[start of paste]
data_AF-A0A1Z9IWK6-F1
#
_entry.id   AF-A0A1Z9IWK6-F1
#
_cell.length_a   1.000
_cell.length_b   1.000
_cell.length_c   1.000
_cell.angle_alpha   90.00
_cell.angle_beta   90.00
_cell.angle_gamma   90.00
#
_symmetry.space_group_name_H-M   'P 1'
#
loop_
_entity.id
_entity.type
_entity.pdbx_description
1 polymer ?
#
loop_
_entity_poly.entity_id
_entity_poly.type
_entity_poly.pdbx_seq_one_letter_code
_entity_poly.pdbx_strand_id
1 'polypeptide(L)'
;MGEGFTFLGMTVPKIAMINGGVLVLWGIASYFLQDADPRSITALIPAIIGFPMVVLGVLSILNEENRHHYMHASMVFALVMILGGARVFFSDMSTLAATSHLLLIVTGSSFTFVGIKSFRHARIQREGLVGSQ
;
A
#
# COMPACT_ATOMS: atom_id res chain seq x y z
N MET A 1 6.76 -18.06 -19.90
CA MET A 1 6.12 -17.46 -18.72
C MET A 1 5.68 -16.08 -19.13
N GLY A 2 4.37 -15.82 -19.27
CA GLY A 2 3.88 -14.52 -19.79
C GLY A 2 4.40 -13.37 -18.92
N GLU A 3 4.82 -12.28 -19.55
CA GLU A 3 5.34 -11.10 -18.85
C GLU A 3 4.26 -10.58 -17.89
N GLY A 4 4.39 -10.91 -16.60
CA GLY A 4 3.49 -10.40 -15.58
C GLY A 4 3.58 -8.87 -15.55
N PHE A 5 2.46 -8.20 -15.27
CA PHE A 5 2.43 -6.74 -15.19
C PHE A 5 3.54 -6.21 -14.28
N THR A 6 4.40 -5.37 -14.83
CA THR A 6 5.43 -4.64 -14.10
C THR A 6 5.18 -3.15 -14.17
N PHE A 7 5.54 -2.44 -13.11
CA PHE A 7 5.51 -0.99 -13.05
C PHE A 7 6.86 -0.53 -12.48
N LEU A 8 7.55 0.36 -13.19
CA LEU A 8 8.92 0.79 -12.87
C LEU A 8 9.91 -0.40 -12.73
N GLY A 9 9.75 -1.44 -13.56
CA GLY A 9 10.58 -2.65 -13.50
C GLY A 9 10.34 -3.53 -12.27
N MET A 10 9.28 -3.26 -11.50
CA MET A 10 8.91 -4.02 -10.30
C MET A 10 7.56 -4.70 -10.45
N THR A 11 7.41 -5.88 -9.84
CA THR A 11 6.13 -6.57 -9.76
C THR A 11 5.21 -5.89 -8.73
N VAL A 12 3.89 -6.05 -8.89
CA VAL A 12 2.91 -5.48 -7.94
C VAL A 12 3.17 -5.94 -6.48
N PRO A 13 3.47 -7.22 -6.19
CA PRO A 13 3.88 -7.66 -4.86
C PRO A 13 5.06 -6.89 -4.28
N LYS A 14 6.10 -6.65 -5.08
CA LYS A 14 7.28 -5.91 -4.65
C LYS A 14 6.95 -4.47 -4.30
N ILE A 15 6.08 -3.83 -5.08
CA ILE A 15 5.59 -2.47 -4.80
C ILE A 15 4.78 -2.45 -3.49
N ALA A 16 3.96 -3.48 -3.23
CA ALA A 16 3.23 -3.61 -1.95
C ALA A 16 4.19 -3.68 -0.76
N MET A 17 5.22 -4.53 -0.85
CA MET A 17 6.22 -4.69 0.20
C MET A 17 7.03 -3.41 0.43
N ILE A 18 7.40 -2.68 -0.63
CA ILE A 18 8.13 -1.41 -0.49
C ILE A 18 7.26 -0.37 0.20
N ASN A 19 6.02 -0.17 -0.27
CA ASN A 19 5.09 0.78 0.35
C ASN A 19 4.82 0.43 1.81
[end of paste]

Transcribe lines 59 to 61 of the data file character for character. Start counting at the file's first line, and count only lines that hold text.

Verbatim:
CA MET A 10 8.91 -4.02 -10.30
C MET A 10 7.56 -4.70 -10.45
N THR A 11 7.41 -5.88 -9.84